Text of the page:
My wife and I are excited because we are going back to Hawaii soon. We were married in Hawaii you see, or should I say we were mauwied in Maui four years ago. Going back will be like our second honeymoon and we are looking forward to it.
What will really be exciting is we will be flying in Hawaii. Yes, we have arranged to fly a Cessna similar to my own around the big island.
I have been reading up on flying small airplanes around the Hawaiian Islands. It's not like flying around the lower 48 on the mainland. First of all there is little level ground should you have to make a forced landing. Should you have to land, it will either be at an airport or in the Pacific Ocean. Even the roads are inhospitable because of their curves and bends.
Never the less, the Hawaiian Islands are a unique place to fly. The weather is almost always good with visibility over ten miles or more, that is, along the coasts. The mountains always have a girth of clouds and rain surrounding them. Not that you can fly over them anyhow. They are too high for general aviation airplanes to go over. Most flying is done slightly inland and along the coasts.
The truth is most of the civilization on the islands is along the coastlines anyhow. There are some plains between the two of the extinct volcanoes on Maui but they are covered in sugar cane. Landing in sugar cane will without question destroy an airplane, although, I understand ditching in those fields is very survivable.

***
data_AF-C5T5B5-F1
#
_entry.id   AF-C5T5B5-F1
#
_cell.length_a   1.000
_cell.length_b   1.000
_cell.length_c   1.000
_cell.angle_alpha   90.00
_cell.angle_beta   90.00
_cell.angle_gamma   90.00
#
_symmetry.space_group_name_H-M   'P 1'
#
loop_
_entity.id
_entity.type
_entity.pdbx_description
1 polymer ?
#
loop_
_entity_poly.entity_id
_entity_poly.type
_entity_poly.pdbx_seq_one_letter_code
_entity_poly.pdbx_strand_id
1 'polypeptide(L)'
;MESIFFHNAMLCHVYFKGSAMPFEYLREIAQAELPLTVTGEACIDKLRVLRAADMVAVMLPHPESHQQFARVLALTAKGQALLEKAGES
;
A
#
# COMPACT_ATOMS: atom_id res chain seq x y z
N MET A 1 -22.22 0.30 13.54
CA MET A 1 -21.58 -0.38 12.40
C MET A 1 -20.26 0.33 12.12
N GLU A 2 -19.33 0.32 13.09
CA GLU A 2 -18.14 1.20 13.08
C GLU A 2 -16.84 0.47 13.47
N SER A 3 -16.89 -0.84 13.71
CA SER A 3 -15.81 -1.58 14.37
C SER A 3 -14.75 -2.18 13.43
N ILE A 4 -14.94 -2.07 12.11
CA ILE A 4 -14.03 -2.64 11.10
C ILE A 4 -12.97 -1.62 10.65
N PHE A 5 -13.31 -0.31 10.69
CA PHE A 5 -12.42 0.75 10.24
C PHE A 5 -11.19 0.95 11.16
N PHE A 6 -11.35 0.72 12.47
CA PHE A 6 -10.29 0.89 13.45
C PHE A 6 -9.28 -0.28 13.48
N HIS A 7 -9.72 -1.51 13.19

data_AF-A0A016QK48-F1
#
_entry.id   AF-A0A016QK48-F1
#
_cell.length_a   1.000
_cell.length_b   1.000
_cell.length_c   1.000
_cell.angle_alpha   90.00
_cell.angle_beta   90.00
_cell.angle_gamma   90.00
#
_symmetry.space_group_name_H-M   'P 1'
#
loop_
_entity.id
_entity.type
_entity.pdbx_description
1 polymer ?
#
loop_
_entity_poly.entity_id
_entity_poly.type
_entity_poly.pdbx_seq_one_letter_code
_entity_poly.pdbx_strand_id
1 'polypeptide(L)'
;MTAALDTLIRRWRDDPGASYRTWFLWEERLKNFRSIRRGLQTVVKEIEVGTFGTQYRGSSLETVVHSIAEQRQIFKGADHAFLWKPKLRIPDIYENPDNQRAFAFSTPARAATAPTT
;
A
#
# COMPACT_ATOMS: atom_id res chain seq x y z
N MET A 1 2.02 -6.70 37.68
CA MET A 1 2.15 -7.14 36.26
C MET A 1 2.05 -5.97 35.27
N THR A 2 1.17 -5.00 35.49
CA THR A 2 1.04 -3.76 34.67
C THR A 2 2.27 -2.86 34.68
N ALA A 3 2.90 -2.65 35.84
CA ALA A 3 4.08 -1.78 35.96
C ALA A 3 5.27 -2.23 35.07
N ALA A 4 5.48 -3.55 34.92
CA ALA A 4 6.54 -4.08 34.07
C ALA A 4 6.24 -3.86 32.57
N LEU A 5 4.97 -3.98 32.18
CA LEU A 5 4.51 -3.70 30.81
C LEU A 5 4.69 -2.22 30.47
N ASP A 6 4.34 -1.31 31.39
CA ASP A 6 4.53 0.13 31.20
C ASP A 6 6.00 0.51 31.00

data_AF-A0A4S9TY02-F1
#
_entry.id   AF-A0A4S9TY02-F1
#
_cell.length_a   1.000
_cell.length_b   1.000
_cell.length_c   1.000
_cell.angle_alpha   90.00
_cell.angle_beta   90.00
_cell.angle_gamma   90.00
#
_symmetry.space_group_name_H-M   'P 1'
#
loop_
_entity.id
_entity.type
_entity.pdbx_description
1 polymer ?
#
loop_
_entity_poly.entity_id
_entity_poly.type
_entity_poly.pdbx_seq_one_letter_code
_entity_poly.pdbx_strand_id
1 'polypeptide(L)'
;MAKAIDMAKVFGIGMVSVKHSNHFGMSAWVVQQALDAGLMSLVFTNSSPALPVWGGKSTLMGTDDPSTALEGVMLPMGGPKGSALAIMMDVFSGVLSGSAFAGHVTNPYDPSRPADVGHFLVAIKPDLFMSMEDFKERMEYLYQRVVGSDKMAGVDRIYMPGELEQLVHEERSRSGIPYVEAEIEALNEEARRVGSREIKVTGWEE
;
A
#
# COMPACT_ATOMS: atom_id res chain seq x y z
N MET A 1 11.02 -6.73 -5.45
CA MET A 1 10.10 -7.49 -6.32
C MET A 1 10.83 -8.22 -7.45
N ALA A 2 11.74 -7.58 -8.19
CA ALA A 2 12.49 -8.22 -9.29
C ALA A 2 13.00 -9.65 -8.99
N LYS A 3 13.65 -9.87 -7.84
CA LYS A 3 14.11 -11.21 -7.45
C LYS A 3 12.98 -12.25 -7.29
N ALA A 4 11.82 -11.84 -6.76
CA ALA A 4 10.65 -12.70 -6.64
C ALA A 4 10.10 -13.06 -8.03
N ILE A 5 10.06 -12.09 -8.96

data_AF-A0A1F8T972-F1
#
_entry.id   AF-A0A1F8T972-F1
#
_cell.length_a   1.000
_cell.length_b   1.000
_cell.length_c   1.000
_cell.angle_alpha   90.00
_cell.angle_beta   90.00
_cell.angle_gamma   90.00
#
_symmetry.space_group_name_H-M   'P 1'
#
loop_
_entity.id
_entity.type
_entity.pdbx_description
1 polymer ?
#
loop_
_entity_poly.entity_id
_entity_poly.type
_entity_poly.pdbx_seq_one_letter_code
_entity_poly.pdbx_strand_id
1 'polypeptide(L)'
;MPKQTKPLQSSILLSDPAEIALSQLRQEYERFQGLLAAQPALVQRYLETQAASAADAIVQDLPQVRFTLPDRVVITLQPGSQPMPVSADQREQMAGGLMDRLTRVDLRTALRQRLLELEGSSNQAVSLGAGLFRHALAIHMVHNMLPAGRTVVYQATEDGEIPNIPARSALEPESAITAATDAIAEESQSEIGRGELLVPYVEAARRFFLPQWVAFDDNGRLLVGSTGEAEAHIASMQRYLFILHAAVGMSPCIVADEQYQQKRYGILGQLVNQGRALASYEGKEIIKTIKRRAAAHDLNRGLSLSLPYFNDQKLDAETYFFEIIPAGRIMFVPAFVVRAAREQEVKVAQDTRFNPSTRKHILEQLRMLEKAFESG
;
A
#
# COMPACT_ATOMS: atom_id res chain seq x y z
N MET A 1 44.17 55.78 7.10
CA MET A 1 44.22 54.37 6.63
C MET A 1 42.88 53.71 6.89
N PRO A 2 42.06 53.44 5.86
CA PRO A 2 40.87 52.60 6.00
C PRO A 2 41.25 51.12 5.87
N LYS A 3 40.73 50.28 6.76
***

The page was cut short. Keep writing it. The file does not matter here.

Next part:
Flying around Hawaii is unique because there is no other scenery like the islands anywhere else in the world. From lush, mountainous vegetation to lava flows and waterfalls, there is nothing else to compare anywhere.
We plan only on flying around the main island of Hawaii, the largest of the islands. It will take around two and a half hours to circumnavigate and longer if landing at one of the other airports in route. There are two airports on the island of Hawaii: Kona and Hilo. We are flying out of Kona.
One of the more interesting things I have learned about flying the islands is the salt that accumulates on the airplane's windshield. It is necessary to fly through one of the many rain showers occasionally that are always visible from the air to clean the windshield. It will be the first time I will have ever intentionally flown into rain in all of my flying years, though I am looking forward to it.
Upon our return I will assuredly surrender some of the aerial photographs we will have taken to the Beacon for your pleasure to enjoy.